Here is the Static FBML box with the above code, and the link to an external stylesheet:
Here is the CSS for the external stylesheet (with example URL):
margin:0 auto; border:0; padding:0;
position:absolute; top:0; left:0;
Your external stylesheet should have only the CSS style rules. Don’t include the <style> … </style> tags!
If you can’t use an external stylesheet
If you don’t have a server where you can upload a separate stylesheet, you can “inline” the styles inside the HTML tags. Although this isn’t ideal, it’s an option if you can’t create a separate stylesheet, host it on a server, and link to it with the <link> tag.
Here is the above example, with the styles for the <div> tags inlined (notice we don’t need the IDs if we use this approach):
Testing and Troubleshooting
Testing and troubleshooting this particular FBML tag is a bit tricky, because when logged in as a user who is a page admin, you will see both fans-only and non-fan content when viewing the tab.
- Create a user account for testing: The most efficient way to test is to create a Facebook account for testing only, or use a friend’s or colleague’s account. (Creating a new personal profile for testing may violate Facebook’s Terms of Service — See #4, Registration and Account Security — even if done with good intentions.) You can be logged in to Facebook as one user (the admin account) in one browser and logged in as the test account in a different browser (I use Firefox and Safari). Then you don’t have to keep logging in and out of Facebook as admin, then as tester, etc.
When testing, you’ll need to toggle back and forth between Liking and Unliking a page. To Unlike a page, click on the Wall tab. Near the bottom of the left column of the Wall, you’ll see “Unlike”:
Click that to Unlike the page, and you can click the Like button to re-Like the page. Repeat as necessary.
- Use an external stylesheet, NOT inlined styles: Most browsers will correctly display your page if you have inlined the CSS with the <style> tag, but NOT Internet Explorer 8!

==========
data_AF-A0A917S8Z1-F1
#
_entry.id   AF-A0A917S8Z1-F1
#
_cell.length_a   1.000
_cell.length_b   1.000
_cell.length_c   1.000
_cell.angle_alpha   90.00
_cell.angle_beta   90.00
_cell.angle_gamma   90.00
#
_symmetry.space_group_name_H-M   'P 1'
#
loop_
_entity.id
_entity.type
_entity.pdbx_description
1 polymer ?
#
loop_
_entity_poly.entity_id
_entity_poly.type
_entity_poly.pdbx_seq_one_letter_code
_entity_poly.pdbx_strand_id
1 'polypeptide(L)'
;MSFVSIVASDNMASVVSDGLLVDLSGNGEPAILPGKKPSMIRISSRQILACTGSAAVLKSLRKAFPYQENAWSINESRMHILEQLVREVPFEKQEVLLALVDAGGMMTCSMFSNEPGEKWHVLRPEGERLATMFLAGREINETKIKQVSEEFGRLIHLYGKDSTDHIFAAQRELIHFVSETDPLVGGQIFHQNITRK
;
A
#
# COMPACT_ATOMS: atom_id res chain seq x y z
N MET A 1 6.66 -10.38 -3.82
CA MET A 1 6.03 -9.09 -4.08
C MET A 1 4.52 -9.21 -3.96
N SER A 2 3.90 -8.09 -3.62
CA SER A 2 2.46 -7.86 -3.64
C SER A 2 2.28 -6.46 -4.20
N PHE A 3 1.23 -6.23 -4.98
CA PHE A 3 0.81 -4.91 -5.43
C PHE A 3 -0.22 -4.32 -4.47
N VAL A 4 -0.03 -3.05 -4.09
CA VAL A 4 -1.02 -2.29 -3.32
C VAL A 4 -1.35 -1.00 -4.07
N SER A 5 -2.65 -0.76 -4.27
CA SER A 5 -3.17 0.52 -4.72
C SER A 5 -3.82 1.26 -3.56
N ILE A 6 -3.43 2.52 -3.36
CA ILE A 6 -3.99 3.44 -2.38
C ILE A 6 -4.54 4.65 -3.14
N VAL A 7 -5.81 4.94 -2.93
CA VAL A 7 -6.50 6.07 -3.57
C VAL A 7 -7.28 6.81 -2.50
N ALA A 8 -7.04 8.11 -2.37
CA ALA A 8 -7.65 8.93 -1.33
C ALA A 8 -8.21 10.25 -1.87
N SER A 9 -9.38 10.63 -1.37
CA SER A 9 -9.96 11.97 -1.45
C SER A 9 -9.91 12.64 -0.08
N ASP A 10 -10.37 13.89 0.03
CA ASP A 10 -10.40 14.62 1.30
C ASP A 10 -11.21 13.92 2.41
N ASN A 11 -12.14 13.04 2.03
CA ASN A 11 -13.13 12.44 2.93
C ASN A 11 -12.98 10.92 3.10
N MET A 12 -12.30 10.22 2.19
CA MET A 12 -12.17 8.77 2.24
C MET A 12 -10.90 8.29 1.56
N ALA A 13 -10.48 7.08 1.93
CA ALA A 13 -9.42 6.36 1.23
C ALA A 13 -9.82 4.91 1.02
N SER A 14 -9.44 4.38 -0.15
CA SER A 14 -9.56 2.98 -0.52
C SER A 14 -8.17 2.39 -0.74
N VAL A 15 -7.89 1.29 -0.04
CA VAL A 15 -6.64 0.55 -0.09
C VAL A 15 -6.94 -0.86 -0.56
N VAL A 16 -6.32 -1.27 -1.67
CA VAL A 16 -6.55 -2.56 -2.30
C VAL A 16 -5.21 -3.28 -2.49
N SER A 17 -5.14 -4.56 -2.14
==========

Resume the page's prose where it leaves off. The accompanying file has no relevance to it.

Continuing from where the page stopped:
Because millions of people use this particular browser, your CSS should be in its own file (with the extension “.css”) and be referenced from your FBML page, with the <link rel=”stylesheet” type=”text/css” href=”URL-TO-EXTERNAL-STYLESHEET” />. You’ll need to have this file hosted somewhere on the web where you can link to it.
- Double-check all URLs: If any files (images, CSS, etc.) are not being displayed or accessed, be sure to test the URLs for these files directly in your browser, typing or pasting the URL in the address bar to make sure you can access the file directly.
If you can’t access the file directly, then your URL is incorrect.
- Check for proper syntax: Make sure that URLs are surrounded by matching quotes (single or double is fine, but they must match) and that they are plain-text, straight-up-and-down quotes (not “fancy” or “curly” quotes).
- Check your Tab on the Most Popular Browsers and on Mac AND Windows: You want to be sure your tab is displaying properly on the most popular browsers (Firefox, Internet Explorer, Safari and Chrome, at the very least) and on both Mac and Windows. What displays well in Firefox, Chrome and Safari may not (and often doesn’t) display well on Internet Explorer.
What About Facebook’s Announcement on Killing Off FBML?
On August 19, 2010, Namita Gupta announced the impending phase-out of FBML. However, I expect that support for Static FBML and the fb:visible-to-connection tag will be around indefinitely. Static FBML is Facebook’s own application and just several months ago they offered Static FBML custom tabs as a consolation prize to users who were distraught over the killing off of the Boxes tab. I expect it will be supported well into 2011 and perhaps beyond.
Read this detailed article on the future of Static FBML and FBML, which includes the opinions of a number of expert developers.
Have you tried fan-only content on your Facebook page? What has been your experience? Please leave your comments in the box below.